Thursday, July 21, 2016


I can't stop looking at those condiment bottles.

DC blazed a peculiar trail with El Diablo, the first Hispanic superhero to helm his own title at either of the big two publishers, as well as the first superheroic city council member, to my awareness. This was big news to a pal of mine back in Tucson who boasted an hispanic heritage and entered politics almost immediately after college. Role models work!

El Diablo -- secretly Rafael Sandoval -- was also the first superhero, as far as I'm aware, to wear a vest and bolo tie with a black shirt. Which, again, if you know anything about Tucson politics makes him even more of a role model. Too bad he didn't grow an enormous mustache, he could've been the crime-fighting Raul Grijalva.

A street-level hero with tight ties to his small-town Texas community of Dos Rios, El Diablo boasted no super-powers BUT he did claim a compelling relationship with his supporting cast. In a general sense, he bore a resemblance to Eisner's The Spirit. Co-creator Gerard Jones' writing captured that same tongue-in-cheek flair, even if Mike Parobeck's enjoyably straightforward cartooning lacked the inventiveness of the Spirit, excepting a heavy use of shadows.

The code-switching was
a little patronizing, I'll
say that much
Like other street-level heroes before him, Diablo's primary concerns were the drug trade and corrupt local developers, the twin threats facing anyone in a domino mask who can't fly. And sometimes those who can. A four-part child trafficking ring storyline takes over a little too early on in the character's career -- if your fifth issue is the second part of a four part story, how's your casual pickups gonna fare? Well, I suppose this was back in the days when DC stuck by an idea long enough to give it a fighting chance -- there's a pair of gang storylines that Jones (lilywhite by his own admission) manages to avoid making too terribly cliched for the most part, a race-war storyline that was almost mandatory given the environment, and a lot of the action takes place in town halls, activist churches and courts of law.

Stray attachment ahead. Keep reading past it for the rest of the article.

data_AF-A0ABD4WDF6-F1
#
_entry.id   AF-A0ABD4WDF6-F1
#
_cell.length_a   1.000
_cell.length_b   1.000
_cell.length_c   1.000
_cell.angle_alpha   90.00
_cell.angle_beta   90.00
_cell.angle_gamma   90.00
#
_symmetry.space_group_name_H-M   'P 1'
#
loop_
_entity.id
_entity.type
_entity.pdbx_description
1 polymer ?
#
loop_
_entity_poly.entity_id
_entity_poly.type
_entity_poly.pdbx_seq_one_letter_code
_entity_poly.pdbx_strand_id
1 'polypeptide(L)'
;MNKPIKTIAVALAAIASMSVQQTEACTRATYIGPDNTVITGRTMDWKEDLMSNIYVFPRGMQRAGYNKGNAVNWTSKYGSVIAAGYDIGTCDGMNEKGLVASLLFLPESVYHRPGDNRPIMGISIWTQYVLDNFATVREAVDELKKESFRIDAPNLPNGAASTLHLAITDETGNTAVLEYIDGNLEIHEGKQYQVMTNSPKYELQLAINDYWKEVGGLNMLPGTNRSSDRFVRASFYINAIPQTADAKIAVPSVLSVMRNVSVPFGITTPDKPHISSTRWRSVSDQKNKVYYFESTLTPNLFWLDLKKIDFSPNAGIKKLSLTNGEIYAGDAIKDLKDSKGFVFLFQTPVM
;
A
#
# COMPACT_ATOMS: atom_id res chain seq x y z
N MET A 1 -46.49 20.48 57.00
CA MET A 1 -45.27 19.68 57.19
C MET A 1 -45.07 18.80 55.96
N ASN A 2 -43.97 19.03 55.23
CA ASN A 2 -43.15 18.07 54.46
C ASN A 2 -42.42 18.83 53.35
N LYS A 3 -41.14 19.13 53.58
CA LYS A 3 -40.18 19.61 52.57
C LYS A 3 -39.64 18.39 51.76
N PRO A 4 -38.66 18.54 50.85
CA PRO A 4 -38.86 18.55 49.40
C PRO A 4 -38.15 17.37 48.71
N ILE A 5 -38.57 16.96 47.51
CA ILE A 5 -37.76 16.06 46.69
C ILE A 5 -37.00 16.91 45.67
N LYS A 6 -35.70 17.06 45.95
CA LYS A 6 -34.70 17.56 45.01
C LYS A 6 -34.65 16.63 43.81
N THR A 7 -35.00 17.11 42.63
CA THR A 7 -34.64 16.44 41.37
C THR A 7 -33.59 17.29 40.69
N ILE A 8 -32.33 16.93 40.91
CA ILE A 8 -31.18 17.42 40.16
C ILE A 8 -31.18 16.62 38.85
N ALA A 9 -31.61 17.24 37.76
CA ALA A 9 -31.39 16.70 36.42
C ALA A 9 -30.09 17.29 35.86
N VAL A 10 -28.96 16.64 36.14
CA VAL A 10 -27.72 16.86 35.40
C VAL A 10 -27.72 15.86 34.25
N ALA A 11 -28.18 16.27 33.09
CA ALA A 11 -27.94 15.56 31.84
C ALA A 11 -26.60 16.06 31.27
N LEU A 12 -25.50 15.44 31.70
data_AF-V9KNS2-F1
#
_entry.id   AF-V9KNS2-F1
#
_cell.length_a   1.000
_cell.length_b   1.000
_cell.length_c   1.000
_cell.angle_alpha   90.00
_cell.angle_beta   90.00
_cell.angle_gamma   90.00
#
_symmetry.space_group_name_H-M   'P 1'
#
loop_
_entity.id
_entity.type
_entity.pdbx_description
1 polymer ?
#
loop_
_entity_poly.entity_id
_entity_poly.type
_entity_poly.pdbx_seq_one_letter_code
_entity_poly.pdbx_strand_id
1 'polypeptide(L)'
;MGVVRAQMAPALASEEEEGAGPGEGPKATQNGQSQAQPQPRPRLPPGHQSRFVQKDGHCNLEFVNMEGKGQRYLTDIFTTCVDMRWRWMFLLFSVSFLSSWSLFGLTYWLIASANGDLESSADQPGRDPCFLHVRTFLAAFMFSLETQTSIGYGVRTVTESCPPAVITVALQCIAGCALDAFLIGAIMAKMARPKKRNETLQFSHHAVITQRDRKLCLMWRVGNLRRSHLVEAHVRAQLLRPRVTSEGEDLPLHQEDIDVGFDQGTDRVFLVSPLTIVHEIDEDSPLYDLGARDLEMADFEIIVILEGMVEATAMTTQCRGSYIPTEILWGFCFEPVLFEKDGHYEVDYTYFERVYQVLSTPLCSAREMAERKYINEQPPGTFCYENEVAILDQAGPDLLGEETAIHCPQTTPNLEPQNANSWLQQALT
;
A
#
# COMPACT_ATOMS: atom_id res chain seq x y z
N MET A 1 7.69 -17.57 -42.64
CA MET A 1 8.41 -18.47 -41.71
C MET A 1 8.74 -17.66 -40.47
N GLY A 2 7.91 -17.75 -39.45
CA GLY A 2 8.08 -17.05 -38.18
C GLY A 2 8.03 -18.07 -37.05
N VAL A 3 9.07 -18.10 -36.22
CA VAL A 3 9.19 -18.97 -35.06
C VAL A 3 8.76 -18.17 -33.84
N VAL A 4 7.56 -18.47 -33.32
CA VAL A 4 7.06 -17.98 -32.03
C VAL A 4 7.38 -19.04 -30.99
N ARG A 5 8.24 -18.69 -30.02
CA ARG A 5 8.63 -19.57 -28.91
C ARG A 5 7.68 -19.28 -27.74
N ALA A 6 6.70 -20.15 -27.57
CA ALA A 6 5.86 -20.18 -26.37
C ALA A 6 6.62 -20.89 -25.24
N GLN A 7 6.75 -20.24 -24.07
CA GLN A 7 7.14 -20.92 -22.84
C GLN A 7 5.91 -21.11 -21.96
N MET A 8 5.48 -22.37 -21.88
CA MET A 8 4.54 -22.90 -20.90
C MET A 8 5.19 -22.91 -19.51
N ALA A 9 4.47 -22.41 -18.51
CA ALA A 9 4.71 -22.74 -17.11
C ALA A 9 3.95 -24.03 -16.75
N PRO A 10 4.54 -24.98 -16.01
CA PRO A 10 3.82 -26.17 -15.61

Given the shortcomings of only knowing about American Hispanic culture from source material rather than experience, Jones and Parobeck (with John Nyberg on stylish inks) still manage to craft humane stories about a realistic cast. If you're looking for something to laugh at, though, there is always his terrible vest and the time they brought back the Vigilante as a pot-bellied gunfighter/hamburger chain tycoon.

Whither El Diablo now? Well, he was passed over for a namesake with more panache. Prior to Sandoval, the name El Diablo at DC had belonged to a western hero and, after Sandoval, it went to some snarling demon monster thing running around Suicide Squad and about whom I don't recall much else about.

So what holds Rafael Sandoval from coming back? Nothing, really, except the environment at his parent company. It would also be refreshing to see a creative team with personal experience in the small-town Hispanic-American community run with the baton from this point going forward, if even just for long enough to ground El Diablo's world in that vital sense of community. It doesn't necessarily have to be a superheroic Hoppers but, then again, why shouldn't it be?


Thomas Bottoms said...

I bought this as a kid. I really liked the uniqueness of it. I'll need to pull these out.

Brad S. said...

Just wanted to say I really enjoy your blog! Keep it up !

Unknown said...

If Wild Dog can be shoehorned into Arrow, El Diablo's DC return isn't as farfetched as one might think. This is the company that gives Vartox first-Supergirl-villain-of-the-week status.

The Dagda said...

Same here

Popular Posts